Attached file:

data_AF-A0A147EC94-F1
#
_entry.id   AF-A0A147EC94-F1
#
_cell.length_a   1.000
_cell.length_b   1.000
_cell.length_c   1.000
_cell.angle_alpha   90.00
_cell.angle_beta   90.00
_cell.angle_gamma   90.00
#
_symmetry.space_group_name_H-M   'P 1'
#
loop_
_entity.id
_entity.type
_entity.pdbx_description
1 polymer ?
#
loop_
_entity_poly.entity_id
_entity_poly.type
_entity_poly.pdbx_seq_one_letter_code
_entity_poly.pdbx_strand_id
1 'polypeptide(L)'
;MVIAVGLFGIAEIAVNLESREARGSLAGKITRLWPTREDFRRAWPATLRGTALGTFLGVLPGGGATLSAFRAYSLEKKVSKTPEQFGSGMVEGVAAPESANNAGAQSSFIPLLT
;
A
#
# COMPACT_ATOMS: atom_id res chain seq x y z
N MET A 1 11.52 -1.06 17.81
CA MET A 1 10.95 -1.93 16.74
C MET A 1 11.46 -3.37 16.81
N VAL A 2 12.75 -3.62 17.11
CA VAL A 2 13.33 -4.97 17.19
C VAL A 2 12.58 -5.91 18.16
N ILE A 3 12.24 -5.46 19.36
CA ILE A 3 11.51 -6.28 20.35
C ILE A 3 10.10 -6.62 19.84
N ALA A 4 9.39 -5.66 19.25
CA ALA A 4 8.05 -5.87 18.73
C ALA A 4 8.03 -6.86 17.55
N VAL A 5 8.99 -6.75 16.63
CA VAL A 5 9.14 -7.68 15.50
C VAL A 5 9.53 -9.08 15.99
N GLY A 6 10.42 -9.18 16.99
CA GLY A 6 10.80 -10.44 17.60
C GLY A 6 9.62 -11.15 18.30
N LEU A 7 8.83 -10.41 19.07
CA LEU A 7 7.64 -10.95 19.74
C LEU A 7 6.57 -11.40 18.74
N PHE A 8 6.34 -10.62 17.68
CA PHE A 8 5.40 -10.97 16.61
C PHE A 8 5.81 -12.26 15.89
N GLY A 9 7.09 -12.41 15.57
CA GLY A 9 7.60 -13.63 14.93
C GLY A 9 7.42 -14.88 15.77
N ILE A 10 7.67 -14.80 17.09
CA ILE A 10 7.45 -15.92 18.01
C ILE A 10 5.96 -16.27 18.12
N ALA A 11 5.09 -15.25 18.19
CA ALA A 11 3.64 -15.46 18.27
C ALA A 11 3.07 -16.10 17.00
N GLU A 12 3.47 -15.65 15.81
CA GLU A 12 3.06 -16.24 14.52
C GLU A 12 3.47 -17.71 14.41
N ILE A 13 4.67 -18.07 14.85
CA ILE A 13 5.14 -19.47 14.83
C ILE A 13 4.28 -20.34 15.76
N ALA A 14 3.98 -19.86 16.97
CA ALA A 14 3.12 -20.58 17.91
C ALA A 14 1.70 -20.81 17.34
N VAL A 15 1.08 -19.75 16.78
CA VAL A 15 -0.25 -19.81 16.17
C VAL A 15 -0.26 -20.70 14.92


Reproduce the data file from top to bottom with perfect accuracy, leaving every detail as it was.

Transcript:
data_AF-A0A147EC94-F1
#
_entry.id   AF-A0A147EC94-F1
#
_cell.length_a   1.000
_cell.length_b   1.000
_cell.length_c   1.000
_cell.angle_alpha   90.00
_cell.angle_beta   90.00
_cell.angle_gamma   90.00
#
_symmetry.space_group_name_H-M   'P 1'
#
loop_
_entity.id
_entity.type
_entity.pdbx_description
1 polymer ?
#
loop_
_entity_poly.entity_id
_entity_poly.type
_entity_poly.pdbx_seq_one_letter_code
_entity_poly.pdbx_strand_id
1 'polypeptide(L)'
;MVIAVGLFGIAEIAVNLESREARGSLAGKITRLWPTREDFRRAWPATLRGTALGTFLGVLPGGGATLSAFRAYSLEKKVSKTPEQFGSGMVEGVAAPESANNAGAQSSFIPLLT
;
A
#
# COMPACT_ATOMS: atom_id res chain seq x y z
N MET A 1 11.52 -1.06 17.81
CA MET A 1 10.95 -1.93 16.74
C MET A 1 11.46 -3.37 16.81
N VAL A 2 12.75 -3.62 17.11
CA VAL A 2 13.33 -4.97 17.19
C VAL A 2 12.58 -5.91 18.16
N ILE A 3 12.24 -5.46 19.36
CA ILE A 3 11.51 -6.28 20.35
C ILE A 3 10.10 -6.62 19.84
N ALA A 4 9.39 -5.66 19.25
CA ALA A 4 8.05 -5.87 18.73
C ALA A 4 8.03 -6.86 17.55
N VAL A 5 8.99 -6.75 16.63
CA VAL A 5 9.14 -7.68 15.50
C VAL A 5 9.53 -9.08 15.99
N GLY A 6 10.42 -9.18 16.99
CA GLY A 6 10.80 -10.44 17.60
C GLY A 6 9.62 -11.15 18.30
N LEU A 7 8.83 -10.41 19.07
CA LEU A 7 7.64 -10.95 19.74
C LEU A 7 6.57 -11.40 18.74
N PHE A 8 6.34 -10.62 17.68
CA PHE A 8 5.40 -10.97 16.61
C PHE A 8 5.81 -12.26 15.89
N GLY A 9 7.09 -12.41 15.57
CA GLY A 9 7.60 -13.63 14.93
C GLY A 9 7.42 -14.88 15.77
N ILE A 10 7.67 -14.80 17.09
CA ILE A 10 7.45 -15.92 18.01
C ILE A 10 5.96 -16.27 18.12
N ALA A 11 5.09 -15.25 18.19
CA ALA A 11 3.64 -15.46 18.27
C ALA A 11 3.07 -16.10 17.00
N GLU A 12 3.47 -15.65 15.81
CA GLU A 12 3.06 -16.24 14.52
C GLU A 12 3.47 -17.71 14.41
N ILE A 13 4.67 -18.07 14.85
CA ILE A 13 5.14 -19.47 14.83
C ILE A 13 4.28 -20.34 15.76
N ALA A 14 3.98 -19.86 16.97
CA ALA A 14 3.12 -20.58 17.91
C ALA A 14 1.70 -20.81 17.34
N VAL A 15 1.08 -19.75 16.78
CA VAL A 15 -0.25 -19.81 16.17
C VAL A 15 -0.26 -20.70 14.92